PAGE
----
Humans have an inherent capacity to care for each other – when we are able to pay attention to others. When we don’t pay attention, we don’t care. This is how horrific suffering can take place in our midst with our indifference. It’s not that we’re callous - it’s that we’re not paying attention. Not paying attention to who is going to war, why we are going to war, what is happening at war and what happens to veterans.
The attention we do pay to war often comes packaged via news corporations, coming to us a bit like fast-food. It’s snappy, on-demand, easy – but, crucially, lacking in real detail.
Perhaps, even more ignored than the active servicemen of the forces are the veterans. The relentless flow of deaths on our screens sometimes breaks us out of our avoidance of thinking about our foreign wars. We are forced to shed a tear and shake our heads at coffins. But psychologically traumatised veterans rarely appear on TV. They are not “glorious martyrs”. They are not victors either, because the wars have no end. They are merely players who drop out to the side-lines and disappear.
We have to pay attention. If we don’t, the evidence shows, no-one will. The life of a post-traumatic stress disorder suffering veteran who now hates war and spends his time drifting from job to job and playing violent computer games to shut out reality does not often make it onto the shiny screens of news corporations. It’s not “glorious”, “noble” or “patriotic”.
But we have to follow that veteran and all like him. An average of 18 veterans commits suicide a day, according to figures from The Center for Disease Control’s National Violent Death Reporting System. The true figure could be even worse because data collection on veteran deaths is incomplete. Only this year has the Department of Veterans’ Affairs reached agreement with 49 States to compile accurate death records on veterans.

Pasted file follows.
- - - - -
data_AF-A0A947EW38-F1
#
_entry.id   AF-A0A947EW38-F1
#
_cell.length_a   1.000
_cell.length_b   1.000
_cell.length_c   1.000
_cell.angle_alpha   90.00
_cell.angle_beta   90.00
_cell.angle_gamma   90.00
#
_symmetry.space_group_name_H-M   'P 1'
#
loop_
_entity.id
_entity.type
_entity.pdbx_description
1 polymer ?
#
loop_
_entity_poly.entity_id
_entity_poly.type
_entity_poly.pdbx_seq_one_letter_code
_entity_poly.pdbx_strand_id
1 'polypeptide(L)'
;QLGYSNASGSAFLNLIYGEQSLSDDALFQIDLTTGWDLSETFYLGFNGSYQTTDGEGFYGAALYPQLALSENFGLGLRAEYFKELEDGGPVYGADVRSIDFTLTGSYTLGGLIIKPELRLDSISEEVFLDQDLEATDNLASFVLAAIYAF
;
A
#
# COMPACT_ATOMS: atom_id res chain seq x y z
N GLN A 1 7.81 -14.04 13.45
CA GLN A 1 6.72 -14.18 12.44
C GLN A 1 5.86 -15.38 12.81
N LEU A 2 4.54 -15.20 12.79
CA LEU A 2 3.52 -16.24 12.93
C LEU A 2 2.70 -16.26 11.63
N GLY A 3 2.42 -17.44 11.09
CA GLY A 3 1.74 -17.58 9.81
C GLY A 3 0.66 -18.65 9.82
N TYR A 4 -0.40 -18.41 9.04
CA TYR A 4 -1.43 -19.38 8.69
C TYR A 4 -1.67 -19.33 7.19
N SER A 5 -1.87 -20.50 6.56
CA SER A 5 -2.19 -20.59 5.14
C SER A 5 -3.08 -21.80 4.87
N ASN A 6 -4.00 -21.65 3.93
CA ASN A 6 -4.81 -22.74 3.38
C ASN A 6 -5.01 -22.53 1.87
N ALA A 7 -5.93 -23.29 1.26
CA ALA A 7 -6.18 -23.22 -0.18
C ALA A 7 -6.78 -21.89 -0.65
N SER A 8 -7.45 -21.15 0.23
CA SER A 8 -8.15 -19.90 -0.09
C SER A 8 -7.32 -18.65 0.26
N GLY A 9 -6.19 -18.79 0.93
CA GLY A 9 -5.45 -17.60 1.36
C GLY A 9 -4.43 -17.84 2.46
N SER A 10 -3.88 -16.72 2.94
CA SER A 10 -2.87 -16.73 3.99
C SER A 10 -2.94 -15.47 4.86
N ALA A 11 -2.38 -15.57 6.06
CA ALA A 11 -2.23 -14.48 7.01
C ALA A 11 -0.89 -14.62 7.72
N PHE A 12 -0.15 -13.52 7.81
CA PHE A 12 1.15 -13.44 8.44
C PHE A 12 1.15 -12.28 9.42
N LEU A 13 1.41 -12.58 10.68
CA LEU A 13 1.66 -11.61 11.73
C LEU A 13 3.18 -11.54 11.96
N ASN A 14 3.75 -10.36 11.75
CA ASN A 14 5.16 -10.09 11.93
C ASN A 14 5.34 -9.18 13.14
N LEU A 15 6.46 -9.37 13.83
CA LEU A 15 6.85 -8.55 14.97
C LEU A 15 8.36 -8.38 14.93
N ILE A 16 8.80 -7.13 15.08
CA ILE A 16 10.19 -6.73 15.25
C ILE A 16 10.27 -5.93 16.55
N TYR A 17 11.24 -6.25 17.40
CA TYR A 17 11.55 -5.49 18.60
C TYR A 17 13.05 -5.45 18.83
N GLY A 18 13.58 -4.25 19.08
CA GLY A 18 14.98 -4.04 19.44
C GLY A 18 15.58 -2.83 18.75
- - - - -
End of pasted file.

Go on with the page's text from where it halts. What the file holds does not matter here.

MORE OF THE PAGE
1 in 5 suicides in the US is a veteran. In the fiscal year 2009, 1,868 veterans attempted to take their own life. The statistics show that it is more dangerous to be a US army veteran than an active service member. Being at home is more dangerous for these men and women than being in Afghanistan or Iraq.
No wonder that the situation is being called an “epidemic”. Veterans return home with mental health issues, particularly, post-traumatic stress disorder, following, often, multiple tours of duty. From an existence of, often, high anxiety, danger, barbarism but camaraderie, they find home lonely and oppressive. The memories haunt them. Unemployment, now touching 12%, swallows them.
The stats show that veterans are more likely to engage in and die from destructive, risky or lethal behaviours. Veterans are much more likely than US civilians to die from drug overdose and vehicle or motorcycle accidents.
We have to pay attention. Once our young men and women sign up to the military, they virtually give up their voice, except in the service of their seniors. They don’t have much leeway to protest about where they are deployed or what orders to carry out. Many soldiers go to war believing what their seniors told them – they are fighting for democracy and freedom. Once in Iraq or Afghanistan, they realise that the locals abhor them and that their seniors had been lying. But, there is little they can do except carry out their orders and endure the mental imprisonment and physical suffering.
The veterans are victims of the military system, like the occupied populations of Iraq and Afghanistan. This is why governments are slow in helping them. Veterans know more than any people what war is and if they are given a voice, they will often condemn their government and military leaders. This can’t be tolerated, so veterans are left to languish. The fact that only serious national data on veteran deaths is being organised this year, 2012, is stark and painful evidence of the authorities’ half-heartedness.
Civilians and veterans need to unite, form mutual aid and solidarity groups, to save the most vulnerable from self-annihilation. Society can truly be judged by how it treats its most vulnerable. Veterans with mental health problems are amongst these people. If they are saved and rehabilitated, with the wisdom and humility that the first-hand experience of war imparts, veterans can be genuine leaders for peace and prosperity in our society. We need them as much as they need us.